Palace of the Grand Dukes of Lithuania
The National Museum – Palace of the Grand Dukes of Lithuania was founded in 2009 as an historic residence museum to showcase parts of the original castle and palace ruins and some of the most significant archeological finds as well as restored period rooms and ceremonial halls with newly purchased or donated art objects and furnishings. The museum organizes temporary exhibitions, conferences, and concerts and pursues a very active education and publication program.
In July, 2013 the palace will open its south and east wings to the public and will be an important venue for state ceremonial events associated with the Lithuanian Presidency of the Council of the European Union.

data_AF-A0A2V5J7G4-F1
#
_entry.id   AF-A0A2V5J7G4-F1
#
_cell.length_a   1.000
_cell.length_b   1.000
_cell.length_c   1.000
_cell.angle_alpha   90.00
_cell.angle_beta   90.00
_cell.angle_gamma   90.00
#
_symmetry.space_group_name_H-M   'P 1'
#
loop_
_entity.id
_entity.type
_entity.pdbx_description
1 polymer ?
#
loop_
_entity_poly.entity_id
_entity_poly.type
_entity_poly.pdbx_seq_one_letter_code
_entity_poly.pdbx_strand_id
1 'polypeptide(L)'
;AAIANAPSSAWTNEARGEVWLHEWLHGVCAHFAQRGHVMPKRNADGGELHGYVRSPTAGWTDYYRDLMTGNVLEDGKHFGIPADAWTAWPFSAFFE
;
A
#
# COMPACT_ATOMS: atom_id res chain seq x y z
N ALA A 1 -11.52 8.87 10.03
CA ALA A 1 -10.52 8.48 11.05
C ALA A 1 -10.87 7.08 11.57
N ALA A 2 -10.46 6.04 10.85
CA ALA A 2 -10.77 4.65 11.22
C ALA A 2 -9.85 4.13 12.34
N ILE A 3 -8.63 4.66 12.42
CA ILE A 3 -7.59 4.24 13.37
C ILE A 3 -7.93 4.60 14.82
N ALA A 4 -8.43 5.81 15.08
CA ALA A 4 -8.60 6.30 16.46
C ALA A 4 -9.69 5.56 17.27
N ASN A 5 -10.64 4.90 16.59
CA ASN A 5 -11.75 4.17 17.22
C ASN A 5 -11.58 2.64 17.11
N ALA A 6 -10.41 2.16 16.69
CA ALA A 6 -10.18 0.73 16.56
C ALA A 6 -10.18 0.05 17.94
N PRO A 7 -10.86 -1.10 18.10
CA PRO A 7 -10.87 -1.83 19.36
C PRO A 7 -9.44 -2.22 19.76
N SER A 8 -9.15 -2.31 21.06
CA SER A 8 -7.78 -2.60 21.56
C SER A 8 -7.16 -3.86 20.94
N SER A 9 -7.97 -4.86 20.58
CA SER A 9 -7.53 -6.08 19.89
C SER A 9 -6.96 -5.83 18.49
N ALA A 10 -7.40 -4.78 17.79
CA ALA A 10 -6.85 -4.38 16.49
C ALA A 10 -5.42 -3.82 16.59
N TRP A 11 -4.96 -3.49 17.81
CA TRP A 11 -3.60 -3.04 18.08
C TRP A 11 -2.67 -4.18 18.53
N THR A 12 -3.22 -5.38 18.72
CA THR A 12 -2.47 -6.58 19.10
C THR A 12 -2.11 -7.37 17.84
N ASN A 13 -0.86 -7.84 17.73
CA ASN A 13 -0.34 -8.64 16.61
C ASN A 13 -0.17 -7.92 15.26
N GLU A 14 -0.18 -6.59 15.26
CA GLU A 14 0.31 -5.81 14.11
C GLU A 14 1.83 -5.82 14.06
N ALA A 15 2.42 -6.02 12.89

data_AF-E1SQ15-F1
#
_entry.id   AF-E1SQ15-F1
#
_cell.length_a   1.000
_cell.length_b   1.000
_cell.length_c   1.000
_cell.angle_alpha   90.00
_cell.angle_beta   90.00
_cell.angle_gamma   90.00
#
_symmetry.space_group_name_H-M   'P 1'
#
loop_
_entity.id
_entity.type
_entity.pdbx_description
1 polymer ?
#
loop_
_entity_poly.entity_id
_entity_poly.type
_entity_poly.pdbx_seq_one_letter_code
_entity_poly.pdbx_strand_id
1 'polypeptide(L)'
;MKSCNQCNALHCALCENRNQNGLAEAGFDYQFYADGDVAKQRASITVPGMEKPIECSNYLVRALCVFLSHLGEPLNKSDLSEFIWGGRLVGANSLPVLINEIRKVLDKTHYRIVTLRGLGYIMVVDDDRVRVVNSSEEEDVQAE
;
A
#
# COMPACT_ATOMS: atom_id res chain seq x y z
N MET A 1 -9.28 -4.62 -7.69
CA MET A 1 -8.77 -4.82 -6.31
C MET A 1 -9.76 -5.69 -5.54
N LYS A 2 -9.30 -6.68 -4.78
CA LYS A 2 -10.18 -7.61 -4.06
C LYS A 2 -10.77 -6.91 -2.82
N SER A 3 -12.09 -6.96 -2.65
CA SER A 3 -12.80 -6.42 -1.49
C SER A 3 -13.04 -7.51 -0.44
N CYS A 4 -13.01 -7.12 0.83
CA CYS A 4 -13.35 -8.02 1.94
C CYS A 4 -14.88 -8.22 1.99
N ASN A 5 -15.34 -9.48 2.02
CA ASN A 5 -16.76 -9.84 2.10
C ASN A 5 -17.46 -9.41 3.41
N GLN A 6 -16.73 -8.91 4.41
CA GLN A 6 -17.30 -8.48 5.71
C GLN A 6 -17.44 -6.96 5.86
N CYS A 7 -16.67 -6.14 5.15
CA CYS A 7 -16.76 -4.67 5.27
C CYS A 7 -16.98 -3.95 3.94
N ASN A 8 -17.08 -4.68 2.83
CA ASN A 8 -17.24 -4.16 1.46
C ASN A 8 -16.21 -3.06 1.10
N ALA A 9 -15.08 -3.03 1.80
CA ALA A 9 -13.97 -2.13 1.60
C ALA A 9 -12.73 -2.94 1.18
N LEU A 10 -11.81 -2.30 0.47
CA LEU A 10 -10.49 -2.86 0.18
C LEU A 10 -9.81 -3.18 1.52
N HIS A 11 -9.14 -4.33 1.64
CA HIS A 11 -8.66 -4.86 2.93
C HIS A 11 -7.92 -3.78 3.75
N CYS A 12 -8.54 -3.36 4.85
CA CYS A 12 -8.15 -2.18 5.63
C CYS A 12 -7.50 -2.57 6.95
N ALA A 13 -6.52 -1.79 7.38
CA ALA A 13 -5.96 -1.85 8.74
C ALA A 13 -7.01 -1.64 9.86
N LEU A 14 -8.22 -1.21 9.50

Awell-fortified castle with brick walls in Vilnius was built during the 13th and 14th centuries. At the end of the 15th and the beginning of the 16th centuries, the Gothic-style castle was transformed into a luxurious Renaissance-style residence. Then, during the 17th century, it was reconstructed in early Baroque style. During the mid-17th century war with Moscow the palace was devastated and in the late 18th and early 19th centuries, on the orders of the Tsarist administration, all except the eastern wing of the palace was demolished. After the Lithuanian state was re-established in 1990 there was a discussion about the reconstruction of the palace and in 2001 it was finally decided that work should be done. Work has been in progress since 2002.